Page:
Statup Online Business- LLC? Trademark? Where to start

5 replies
Hey guys, long time member but first time "contributor." Want to start off by saying that WF is awesome and I am appreciative that there is a site where so many like minded marketers and entrepreneurs can meet up to exchange helpful information. My apologies if this is in the wrong section....

With that being said, I need some help. I am starting an online business (sales) and have a product and brand (created by me) in place. I am looking to sell throughout my local market, through the website and through online sales (Amazon, Ebay, website sales, and other avenues of marketing) and was wondering from a legal standpoint, where should I start?

Do I hop over to Legal Zoom and a) get an LLC to be able to take payments and plan for taxes accordingly and b) Trademark my brand. I have read past discussions and know that you can get lost in this process and focus too much on this area rather than getting out there and selling but I want to get my ducks in a row before running with this thing. I am ordering 5000 units so it will be a pretty large campaign and I am planning on a long term strategy. Any help would be appreciated!

The Newb Diesel
#business #llc #online #start #statup #trademark
  • Profile picture of the author NicoleBeckett
    Congrats on your first post!

    If I were in your shoes (and I was once!), I would sit down and talk to a tax lawyer. Lay out the details of what you're planning to do, and he can tell you what makes the most sense for your specific situation. (For example, he may suggest an S-corp over an LLC, etc.)

    Yes, you'll have to pay this lawyer for his time, but you should be able to get all of your questions answered in an hour or two. (And, remember, his hourly fee is going to be a whole lot cheaper than the tax penalties and legal issues you could run into without his advice!) You shouldn't have to pay him to physically set up the corporation for you. Once you know what kind you're dealing with, it's easy to fill out and file the paperwork yourself.

    Good luck!!
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  • Profile picture of the author Gretchenr
    I'd validate the market first, then do all that. You're exactly right that people get caught up in legalities and fail to validate whether the business will fly, in which case you've spent time on LLCing and other stuff and then have to deal with it all.

    However, if you want to do it anyway, I'd do Legalzoom or something, yes. You can actually refile later as an S-corp as an LLC if you get to the point where that makes sense (and if that happens, you should have a tax guy by this point because you'll be rocking it).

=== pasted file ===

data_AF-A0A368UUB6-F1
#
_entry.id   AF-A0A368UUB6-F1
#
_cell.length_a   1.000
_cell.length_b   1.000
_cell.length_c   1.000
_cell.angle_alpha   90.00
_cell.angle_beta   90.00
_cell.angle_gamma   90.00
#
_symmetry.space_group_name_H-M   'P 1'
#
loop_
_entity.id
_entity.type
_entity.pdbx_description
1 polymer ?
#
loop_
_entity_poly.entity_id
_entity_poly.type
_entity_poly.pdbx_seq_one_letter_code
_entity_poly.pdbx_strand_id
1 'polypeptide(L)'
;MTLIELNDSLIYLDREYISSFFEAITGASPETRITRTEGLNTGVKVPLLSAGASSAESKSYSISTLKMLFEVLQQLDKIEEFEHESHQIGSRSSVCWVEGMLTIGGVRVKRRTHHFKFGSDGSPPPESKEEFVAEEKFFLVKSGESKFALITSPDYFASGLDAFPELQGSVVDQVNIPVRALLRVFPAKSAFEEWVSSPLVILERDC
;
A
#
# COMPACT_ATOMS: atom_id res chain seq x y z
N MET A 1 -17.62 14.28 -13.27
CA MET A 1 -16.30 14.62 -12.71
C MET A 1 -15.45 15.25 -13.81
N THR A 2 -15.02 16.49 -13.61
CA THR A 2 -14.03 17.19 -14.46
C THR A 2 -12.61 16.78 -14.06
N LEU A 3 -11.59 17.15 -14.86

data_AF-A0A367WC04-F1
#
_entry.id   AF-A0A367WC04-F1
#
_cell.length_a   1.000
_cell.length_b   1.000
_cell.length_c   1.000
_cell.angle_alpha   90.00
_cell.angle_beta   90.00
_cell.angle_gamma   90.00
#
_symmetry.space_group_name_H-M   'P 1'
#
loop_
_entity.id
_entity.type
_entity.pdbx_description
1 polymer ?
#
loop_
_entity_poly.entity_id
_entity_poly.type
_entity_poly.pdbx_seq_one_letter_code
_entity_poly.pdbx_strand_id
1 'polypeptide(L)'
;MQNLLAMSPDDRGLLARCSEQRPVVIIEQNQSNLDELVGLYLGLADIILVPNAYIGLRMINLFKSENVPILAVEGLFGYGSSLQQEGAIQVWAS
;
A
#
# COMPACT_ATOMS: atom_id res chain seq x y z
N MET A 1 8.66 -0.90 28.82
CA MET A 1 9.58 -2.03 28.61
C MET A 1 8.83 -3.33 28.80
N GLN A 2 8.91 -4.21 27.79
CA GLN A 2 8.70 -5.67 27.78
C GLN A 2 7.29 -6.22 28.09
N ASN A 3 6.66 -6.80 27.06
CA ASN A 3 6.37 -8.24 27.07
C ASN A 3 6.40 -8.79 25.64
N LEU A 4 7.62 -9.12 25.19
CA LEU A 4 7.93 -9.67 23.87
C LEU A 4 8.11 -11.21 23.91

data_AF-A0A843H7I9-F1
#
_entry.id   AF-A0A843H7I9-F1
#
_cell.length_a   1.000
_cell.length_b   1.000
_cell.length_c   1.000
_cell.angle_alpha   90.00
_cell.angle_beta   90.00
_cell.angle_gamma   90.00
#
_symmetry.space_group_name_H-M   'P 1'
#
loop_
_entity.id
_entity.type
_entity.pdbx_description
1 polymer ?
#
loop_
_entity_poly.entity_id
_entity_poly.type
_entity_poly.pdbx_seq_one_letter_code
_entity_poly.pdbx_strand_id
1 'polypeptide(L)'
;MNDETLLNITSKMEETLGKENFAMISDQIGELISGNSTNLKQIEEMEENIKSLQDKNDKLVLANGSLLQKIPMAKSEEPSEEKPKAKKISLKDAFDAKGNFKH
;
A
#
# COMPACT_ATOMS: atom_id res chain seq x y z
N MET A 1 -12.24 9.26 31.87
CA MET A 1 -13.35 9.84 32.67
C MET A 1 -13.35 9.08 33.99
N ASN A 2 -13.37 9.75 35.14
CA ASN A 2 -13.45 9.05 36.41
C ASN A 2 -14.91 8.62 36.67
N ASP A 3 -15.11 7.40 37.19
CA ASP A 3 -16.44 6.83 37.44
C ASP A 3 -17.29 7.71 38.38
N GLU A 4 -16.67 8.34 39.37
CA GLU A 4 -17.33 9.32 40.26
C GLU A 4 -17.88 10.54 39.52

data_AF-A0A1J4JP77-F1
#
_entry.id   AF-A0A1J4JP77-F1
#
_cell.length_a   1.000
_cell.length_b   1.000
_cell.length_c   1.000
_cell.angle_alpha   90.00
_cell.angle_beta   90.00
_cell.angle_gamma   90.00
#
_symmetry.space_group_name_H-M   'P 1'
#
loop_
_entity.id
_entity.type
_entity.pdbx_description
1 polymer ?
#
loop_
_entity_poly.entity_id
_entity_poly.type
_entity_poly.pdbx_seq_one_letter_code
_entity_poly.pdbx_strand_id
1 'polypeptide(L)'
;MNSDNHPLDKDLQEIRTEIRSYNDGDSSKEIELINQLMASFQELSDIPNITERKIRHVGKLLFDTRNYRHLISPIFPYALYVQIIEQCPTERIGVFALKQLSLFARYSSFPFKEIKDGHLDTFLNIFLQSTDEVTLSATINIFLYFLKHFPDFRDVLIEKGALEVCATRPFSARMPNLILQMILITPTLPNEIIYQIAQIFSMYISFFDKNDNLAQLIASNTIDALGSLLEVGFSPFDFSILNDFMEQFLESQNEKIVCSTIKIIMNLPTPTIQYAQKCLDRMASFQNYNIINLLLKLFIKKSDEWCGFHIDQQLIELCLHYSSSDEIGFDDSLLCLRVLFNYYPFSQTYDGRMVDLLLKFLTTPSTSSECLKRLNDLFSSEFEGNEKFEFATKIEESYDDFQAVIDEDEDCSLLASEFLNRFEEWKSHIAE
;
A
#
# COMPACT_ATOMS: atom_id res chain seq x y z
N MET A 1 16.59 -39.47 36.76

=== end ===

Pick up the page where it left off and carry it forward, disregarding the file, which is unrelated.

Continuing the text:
My last business, I engaged a service and filed in Wyoming, where there are no business taxes. It was a great strategy. They send my mail for $99/year and file everything for me. Registered Agents of Wyoming LLC - form your Wyoming corporation or LLC today!

    Please note that I'm not a lawyer, nor do I play one on the internet.
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  • Profile picture of the author kindsvater
    Business Structure

    You are already in business. Your business could be Joe dba Newb Diesel.

    If you want to start with a separate entity, such as a corporation or LLC, you can do that. Or, you can wait to see how your business does and then move to an entity structure for tax and/or liability reasons as it grows.

    From a legal standpoint, though, you do not need an entity to start a business.


    Once you start using your brand you automatically have a trademark. It is called a common law trademark.

    You can register it with the USPTO. That is expensive. The benefit is it gives you additional legal rights, and ability to pursue more damages, if the trademark is later infringed.

    The vast majority of trademarks, however, are never registered. Even the Pillsbury Doughboy character on many food products has just a "TM" next to it, indicating a trademark is claimed, but not a "R" indicating it has been registered.

    Bottom line: you don't need to shell out hundreds or thousands of dollars just to start.

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  • Profile picture of the author ecudiesel
    Thanks for help guys!
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  • Profile picture of the author BradVert2013
    I'd avoid legal zoom and talk to a qualified lawyer in your state. It'll cost more but the advice they can give will be invaluable. Also, find a good licensed accountant. They can save you a lot of money in the long run.

    Don't worry about getting a trademark. They can be hard to get and can distract you from running your business. Again, talk to a lawyer to see if it's worth the time and money to get a trademark so early on.

    Good luck!
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